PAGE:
The last time a sitting Illinois Republican congressperson faced a real primary challenge from a non-incumbent was more than seven years ago, when then-state Senator Kyle McCarter (R-Lebanon) challenged US Representative John Shimkus (R-Collinsville). Even so, nobody really thought McCarter had much of a chance, and, as expected, he ended up losing to Shimkus by more than 20 points.

We’ve seen reapportionment-related GOP primaries between congressional incumbents - the most recent being U.S. Representative Rodney Davis’s 2022 crushing loss to fellow US Representative Mary Miller (no relation) — but serious challenges of sitting Republican U.S. Representatives are otherwise fairly rare here.

Mike Bost is now finding himself in that fairly rare territory. The four-term Congressman from southern Illinois gained national renown after throwing a paper copy of an Illinois House bill into the air during an angry floor tirade against reducing public employee pensions. Bost is now up against former state legislator Darren Bailey, who two-upped Bost by posting an online video of himself shooting a paper copy of a state budget bill with a high-powered assault rifle, and then posted another video of him taking a flame-thrower to a budget bill.

Bailey is Bost-plus. He is Guns N' Roses to Bost’s Bon Jovi. The crewcut candidate pledged undying fealty to Donald Trump on a hot, sweaty public stage when the then-President publicly endorsed him for governor last year. He’ll run as an outsider against a career politician who has held public office for 28 years. And, just last year, well over 200 million dollars was spent for and against Bailey in the governor’s race, some of it by the same person (Governor JB Pritzker). That adds up to a whole lot of name recognition for Bailey as he enters this contest.

But Bailey is also a not-great fundraiser. Bost recently claimed to have $1 million campaign cash on hand. Bailey only raised a couple of million dollars for the 2022 general election (much of it in large contributions from his family) outside of the money he got from billionaire Richard Uihlein, who chose to spend most of his pro-Bailey money via a Dan Proft independent expenditure committee. There were no state contribution caps in that 2022 race, but congressional contribution caps are both stringent and low, and they don’t allow family members and billionaires to dump lots of cash. Unless some rich people come in with big-time dark money, Bailey will be running a shoestring race against Bost.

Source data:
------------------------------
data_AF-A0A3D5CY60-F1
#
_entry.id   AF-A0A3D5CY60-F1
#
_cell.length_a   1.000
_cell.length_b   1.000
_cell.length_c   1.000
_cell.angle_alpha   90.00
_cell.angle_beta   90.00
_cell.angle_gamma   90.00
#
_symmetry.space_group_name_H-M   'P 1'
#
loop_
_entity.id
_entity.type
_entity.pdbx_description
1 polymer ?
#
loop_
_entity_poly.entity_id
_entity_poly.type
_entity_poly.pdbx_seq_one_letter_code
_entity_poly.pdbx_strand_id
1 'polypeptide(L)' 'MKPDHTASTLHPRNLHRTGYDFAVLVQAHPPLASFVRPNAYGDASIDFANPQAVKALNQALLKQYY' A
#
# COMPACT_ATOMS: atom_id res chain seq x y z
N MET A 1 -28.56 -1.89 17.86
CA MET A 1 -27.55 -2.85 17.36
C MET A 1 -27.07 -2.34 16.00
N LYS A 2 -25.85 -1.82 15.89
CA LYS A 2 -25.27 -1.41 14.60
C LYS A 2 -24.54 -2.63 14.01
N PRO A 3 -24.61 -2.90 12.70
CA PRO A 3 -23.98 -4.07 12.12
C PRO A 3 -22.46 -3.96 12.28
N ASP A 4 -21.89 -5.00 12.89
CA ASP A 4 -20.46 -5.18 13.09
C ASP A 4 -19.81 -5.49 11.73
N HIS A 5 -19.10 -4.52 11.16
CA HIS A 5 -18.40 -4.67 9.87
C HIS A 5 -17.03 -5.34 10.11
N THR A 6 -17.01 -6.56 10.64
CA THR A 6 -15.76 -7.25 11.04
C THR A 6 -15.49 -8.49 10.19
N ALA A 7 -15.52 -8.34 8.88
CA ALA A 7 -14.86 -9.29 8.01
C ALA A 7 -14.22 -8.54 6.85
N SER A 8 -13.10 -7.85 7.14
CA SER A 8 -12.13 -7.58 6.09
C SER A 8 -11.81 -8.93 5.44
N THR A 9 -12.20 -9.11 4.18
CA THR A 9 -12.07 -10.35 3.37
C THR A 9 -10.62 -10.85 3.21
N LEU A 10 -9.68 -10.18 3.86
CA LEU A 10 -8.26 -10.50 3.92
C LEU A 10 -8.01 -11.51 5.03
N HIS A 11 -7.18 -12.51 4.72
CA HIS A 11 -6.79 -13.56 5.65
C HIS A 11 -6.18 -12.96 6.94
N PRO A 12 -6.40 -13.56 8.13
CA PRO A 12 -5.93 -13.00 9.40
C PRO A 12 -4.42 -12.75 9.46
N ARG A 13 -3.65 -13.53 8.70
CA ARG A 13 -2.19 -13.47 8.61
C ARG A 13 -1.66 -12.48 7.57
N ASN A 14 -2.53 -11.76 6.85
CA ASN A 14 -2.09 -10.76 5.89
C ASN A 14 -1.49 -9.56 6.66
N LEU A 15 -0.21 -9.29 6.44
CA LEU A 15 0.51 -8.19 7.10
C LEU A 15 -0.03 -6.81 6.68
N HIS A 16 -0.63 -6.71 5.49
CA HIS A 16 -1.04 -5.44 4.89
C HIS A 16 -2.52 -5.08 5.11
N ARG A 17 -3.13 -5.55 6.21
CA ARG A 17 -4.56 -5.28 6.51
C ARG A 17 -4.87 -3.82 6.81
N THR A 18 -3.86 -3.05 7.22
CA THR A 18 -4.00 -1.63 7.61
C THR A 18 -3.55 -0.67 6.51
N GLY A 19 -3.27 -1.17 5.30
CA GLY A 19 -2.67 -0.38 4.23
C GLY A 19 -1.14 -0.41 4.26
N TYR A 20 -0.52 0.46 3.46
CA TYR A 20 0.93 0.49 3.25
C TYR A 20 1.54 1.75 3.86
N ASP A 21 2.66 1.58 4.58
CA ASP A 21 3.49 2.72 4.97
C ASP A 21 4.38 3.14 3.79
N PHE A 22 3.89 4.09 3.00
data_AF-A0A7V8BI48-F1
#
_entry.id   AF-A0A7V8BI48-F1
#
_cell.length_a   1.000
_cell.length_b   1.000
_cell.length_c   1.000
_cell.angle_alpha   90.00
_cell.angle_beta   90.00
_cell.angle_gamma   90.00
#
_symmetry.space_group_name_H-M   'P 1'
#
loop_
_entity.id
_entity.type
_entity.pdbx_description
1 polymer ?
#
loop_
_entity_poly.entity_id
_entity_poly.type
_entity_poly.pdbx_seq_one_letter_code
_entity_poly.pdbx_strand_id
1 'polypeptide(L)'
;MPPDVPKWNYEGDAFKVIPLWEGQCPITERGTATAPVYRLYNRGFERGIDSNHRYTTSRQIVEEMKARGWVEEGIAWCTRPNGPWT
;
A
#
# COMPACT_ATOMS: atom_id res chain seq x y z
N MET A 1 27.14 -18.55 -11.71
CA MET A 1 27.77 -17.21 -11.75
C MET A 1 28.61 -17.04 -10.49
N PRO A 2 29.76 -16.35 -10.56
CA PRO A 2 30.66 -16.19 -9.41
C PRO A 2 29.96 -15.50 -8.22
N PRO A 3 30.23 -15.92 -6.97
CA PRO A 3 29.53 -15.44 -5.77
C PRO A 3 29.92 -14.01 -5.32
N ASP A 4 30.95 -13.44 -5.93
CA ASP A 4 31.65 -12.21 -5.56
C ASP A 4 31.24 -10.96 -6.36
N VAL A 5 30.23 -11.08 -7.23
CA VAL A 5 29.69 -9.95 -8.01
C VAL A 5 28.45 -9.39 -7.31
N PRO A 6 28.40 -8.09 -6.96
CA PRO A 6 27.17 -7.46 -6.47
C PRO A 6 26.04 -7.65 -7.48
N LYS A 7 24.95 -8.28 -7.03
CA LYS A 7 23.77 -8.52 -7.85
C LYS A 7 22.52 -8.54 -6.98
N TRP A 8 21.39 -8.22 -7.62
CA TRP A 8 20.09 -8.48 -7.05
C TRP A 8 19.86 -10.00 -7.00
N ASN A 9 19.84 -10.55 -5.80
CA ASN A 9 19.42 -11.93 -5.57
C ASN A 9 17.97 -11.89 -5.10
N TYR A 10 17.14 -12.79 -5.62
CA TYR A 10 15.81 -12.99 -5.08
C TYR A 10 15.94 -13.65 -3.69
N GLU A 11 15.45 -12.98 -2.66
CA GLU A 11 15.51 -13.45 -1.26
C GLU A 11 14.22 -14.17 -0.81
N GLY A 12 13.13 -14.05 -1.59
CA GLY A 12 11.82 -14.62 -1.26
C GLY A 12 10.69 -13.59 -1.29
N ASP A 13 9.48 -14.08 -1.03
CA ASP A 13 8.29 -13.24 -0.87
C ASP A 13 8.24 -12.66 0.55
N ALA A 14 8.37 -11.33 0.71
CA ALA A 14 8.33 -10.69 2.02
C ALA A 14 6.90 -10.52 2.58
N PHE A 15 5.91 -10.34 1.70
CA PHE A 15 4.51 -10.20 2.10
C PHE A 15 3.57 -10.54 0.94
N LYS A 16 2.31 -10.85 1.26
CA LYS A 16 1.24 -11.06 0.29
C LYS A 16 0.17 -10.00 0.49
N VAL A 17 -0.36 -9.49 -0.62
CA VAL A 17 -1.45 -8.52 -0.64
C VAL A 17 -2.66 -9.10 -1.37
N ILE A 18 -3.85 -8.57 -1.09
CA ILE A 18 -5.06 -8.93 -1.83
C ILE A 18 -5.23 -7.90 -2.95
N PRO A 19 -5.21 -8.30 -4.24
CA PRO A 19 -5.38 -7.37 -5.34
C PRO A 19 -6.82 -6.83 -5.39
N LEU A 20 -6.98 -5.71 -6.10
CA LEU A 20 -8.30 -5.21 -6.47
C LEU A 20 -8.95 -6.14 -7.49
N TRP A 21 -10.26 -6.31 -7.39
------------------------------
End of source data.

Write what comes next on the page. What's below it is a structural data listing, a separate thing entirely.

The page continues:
Bost can also count on the National Republican Congressional Committee, which runs a well-funded incumbent protection program. “Darren Bailey moved to a downtown Chicago penthouse to get blown out by JB Pritzker, now he’s back seeking another political promotion,” said NRCC spokesperson Chris Gustafson when Bailey announced against Bost. “Mike Bost is focused on delivering conservative results for Southern Illinois and that's why voters will re-elect him.”

Representative Bost has also lined up about half the Republican county sheriffs in his district, plus a couple of retired sheriffs. Those folks loved Darren Bailey last year, but are sticking with Bost this time around. Bost received 75 percent of the vote last November, compared to Bailey’s 72.5 percent in the district against Pritzker. And Bost was recently endorsed by National Right to Life, which he described as “America's oldest and largest pro-life organization.”

Bost knows how to speak to “the base,” calling out “Joe Biden and the crazy liberals in Congress,” and their “woke, radical agenda” for “causing chaos with our economy, confusion in our schools, and a crisis at our southern border,” during his reelection announcement. Bost also said that while the district needs a fighter, “We've got enough show horses in Washington as it is; that's why I remain laser focused on serving the people and delivering real results for Southern Illinois, the place I've proudly called home my entire life.”

Bailey did not bother delivering any results when he was in the state legislature, other than making people feel good about voting for him. But he’s extremely adept at that task, so he probably doesn’t need a whole lot of money to remain competitive. He has authentic far-right street cred coming out his ears.

Cor Strategies, which polls for Republicans, released a poll last week showing the incumbent Bost ahead of Bailey 43-37. A Bost win could help show other “work horse” conservative Republicans how to fend off “show horse” insurgents. A Bailey win would once again illustrate the party’s far-rightward lurch.


Rich Miller also publishes Capitol Fax, a daily political newsletter, and

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